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by Joe Kita and Paul Kita, July 2008
HUANHINE, Society Islands – This ship carries billions.
During any minute of any day, I may walk past a real-estate mogul, an oil tycoon, an Olympian, a retired Fortune 500 CEO—all in one hallway.
I watch them on their way to bet thousands at the ship's casino. I witness them purchase bottles of wine that could pay for my first apartment. They double-order beluga and then tip in double zeros. Money is no concern. They've earned it. Now they spend it. These successful men and women stand as testaments to ambitions followed, and dreams therefore actualized.
Whether they're playing paddle tennis, bridge or bingo, they compete with a driven sense of achievement, as if their every action further defines their character. It's hard to resist adopting their mentality. Ambition is what's propelled these 70- and 80-year-olds to afford world cruises and kept them sharp enough to enjoy it. Surrounded by ambition, I begin to wonder if I have enough to get me where I want to go.
My father never gave me money to spend with friends. He refused me a weekly allowance. When my high school buddies started driving Jettas, courtesy of their parents, my dad used the idea of a first car as an incentive to start me working.
I understand now that it wasn't because he was a miser (though a bit of a penny-pincher) or because he was completely uncool (though he has his dorky tendencies). He was showing me that if I wanted the things money could buy, it would have to come from within, not from outside.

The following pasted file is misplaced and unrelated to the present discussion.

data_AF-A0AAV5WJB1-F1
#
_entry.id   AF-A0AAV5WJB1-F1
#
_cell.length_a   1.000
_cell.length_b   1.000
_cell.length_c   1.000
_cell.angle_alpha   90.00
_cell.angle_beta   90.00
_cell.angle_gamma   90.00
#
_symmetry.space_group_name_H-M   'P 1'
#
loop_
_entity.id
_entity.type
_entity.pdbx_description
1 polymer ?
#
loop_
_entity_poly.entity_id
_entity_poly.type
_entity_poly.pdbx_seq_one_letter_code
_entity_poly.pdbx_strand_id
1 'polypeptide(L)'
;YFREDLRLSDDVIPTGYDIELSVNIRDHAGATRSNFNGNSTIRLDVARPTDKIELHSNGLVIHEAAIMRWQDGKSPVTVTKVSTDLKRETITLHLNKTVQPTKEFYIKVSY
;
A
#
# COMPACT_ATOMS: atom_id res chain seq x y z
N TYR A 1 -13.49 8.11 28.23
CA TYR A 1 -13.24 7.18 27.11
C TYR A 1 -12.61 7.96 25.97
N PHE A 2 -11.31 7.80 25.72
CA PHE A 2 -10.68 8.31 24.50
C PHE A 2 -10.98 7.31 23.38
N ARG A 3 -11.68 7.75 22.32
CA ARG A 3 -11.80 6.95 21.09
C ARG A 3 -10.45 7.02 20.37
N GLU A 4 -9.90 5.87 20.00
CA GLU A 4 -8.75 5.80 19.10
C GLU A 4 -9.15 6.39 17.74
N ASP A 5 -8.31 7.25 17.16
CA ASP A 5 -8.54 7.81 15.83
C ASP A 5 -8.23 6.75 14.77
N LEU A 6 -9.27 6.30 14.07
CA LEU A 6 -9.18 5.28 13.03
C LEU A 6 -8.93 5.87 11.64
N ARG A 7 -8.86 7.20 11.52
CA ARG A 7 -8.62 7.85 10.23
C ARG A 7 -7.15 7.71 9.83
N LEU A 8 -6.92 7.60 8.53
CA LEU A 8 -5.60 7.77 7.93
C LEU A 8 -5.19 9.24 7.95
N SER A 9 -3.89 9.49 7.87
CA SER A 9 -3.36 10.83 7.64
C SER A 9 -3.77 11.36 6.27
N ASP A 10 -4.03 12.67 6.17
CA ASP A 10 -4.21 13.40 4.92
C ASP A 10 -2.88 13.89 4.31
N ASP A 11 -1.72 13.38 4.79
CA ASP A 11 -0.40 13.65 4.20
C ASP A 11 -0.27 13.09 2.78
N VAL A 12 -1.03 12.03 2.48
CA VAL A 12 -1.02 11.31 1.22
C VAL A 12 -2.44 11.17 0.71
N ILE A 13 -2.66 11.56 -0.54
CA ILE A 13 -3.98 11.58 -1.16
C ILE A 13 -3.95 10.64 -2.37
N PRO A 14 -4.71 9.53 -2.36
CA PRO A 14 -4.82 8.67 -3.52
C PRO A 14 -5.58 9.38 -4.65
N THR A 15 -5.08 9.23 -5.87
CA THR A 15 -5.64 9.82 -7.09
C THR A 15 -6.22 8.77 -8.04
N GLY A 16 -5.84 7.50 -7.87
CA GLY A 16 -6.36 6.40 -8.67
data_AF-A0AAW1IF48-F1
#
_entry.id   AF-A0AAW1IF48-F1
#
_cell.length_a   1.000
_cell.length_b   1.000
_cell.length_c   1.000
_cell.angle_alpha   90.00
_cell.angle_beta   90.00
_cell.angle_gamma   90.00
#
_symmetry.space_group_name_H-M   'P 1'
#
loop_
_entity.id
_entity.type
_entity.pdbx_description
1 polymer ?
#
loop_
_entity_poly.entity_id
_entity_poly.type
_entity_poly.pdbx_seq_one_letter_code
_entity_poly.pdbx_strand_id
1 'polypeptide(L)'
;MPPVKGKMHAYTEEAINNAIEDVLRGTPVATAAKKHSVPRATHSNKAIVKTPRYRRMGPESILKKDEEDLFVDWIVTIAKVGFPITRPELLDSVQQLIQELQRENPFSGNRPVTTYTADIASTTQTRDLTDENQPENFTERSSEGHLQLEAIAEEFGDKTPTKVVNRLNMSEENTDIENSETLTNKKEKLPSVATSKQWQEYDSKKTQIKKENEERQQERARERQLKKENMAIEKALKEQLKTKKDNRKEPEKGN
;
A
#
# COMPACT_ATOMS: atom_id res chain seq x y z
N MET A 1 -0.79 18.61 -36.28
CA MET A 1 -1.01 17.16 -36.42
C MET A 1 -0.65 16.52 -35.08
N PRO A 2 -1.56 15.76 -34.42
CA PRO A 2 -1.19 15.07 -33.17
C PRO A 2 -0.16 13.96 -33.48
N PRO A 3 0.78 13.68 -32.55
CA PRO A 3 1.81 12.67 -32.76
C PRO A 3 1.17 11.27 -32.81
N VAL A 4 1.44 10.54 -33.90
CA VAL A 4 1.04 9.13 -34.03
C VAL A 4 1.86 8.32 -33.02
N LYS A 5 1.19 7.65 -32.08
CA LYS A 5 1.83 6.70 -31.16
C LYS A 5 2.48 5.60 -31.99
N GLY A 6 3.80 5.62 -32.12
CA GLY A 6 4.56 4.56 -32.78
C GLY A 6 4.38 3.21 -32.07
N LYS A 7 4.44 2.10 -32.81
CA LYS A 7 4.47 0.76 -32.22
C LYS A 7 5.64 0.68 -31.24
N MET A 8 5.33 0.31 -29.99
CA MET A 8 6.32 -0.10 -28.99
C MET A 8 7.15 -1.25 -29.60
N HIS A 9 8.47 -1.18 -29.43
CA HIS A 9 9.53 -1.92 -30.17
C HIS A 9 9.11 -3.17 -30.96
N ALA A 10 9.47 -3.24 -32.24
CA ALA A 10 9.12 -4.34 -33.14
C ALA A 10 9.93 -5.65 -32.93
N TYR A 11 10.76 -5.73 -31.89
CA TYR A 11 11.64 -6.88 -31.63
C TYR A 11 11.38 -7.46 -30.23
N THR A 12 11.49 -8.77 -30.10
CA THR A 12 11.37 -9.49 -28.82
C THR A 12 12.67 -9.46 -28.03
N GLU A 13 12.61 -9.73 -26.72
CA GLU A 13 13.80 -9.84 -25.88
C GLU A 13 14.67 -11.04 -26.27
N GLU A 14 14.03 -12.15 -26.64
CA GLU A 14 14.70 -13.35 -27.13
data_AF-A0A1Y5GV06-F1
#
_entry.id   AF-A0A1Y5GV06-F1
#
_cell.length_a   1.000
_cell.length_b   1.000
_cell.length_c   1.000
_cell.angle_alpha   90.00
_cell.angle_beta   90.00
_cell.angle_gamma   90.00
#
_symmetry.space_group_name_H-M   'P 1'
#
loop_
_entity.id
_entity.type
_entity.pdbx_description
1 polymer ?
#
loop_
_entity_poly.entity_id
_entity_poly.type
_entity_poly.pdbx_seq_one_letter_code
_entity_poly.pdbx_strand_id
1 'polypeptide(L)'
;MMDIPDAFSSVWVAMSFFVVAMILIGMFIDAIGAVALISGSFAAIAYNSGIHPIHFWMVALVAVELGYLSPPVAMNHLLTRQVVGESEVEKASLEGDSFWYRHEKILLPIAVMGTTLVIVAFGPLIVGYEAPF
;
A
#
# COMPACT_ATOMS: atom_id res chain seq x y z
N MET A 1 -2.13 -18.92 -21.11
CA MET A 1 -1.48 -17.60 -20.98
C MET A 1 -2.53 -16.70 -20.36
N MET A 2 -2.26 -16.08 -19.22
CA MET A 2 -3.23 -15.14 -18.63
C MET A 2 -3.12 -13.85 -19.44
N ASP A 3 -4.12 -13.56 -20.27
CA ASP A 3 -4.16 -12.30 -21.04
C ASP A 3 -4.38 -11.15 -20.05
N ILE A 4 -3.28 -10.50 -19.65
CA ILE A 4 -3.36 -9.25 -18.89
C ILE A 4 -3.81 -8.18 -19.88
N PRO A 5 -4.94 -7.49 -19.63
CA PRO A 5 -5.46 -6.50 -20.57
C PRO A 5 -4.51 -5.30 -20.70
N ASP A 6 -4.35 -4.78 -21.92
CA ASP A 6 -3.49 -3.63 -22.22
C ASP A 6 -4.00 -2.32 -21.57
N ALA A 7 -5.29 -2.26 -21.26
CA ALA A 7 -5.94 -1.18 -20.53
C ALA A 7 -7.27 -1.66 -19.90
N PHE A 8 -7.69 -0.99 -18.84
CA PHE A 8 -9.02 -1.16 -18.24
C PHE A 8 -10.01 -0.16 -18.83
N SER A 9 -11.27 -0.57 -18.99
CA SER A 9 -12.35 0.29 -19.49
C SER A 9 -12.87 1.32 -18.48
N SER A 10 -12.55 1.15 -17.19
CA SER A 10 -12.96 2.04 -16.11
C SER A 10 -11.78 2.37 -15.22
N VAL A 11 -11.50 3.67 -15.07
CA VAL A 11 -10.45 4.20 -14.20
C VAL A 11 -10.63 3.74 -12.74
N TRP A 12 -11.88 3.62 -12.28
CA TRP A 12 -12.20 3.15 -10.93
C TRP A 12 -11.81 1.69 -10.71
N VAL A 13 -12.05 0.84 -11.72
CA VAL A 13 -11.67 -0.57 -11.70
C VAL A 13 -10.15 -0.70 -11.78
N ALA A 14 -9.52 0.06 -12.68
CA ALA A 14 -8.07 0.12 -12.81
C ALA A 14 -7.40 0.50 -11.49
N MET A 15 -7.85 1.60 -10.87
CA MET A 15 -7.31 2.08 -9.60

When I entered college I realized that a majority of my freshman class had not learned this lesson. Girls who admitted they had never held a job removed their Gucci sunglasses to pull gold cards from Louis Vuitton purses. Two of my roommates still received a weekly check from mommy and daddy (which they subsequently spent on beer and drugs). The Jettas of yesterday had grown into Escalades and Mustangs. I, on the other hand, walked around town, slogged away for $26 per week at the campus newspaper, and subsisted on falafels from a street vendor.
My father was still footing my tuition, but I felt guilty for his generosity. Slowly, ambition took root. I wanted to show him his investment was worth it, but I also wanted to gain an independence. I wanted to accomplish goals I could call my own. I turned down my mother's offers for grocery gift cards. I took on a senior writer position ($50 per week!) at the newspaper. I paid my own rent. And eventually, I gained a sense that I could make it.
I often worry about the Gucci girls from college. I wonder what will happen after daddy pulls their pumps out from under them. I wonder how the Mustang men will fare when their first boss demands they speed it up or face the consequences. Who will they trust, if not themselves, to provide the luxury they're accustomed to?
Whenever I talk to someone successful on this ship, they mention "struggle" and "risk," but they do it with a smile. They take hardship as a partner to ambition, a factor that transforms something like a world cruise into a surrealistic reward. They haven't inherited it; they've earned it. I'm fortunate that my father has brought me on this cruise, but I dream of the day when I can pay for the ride.
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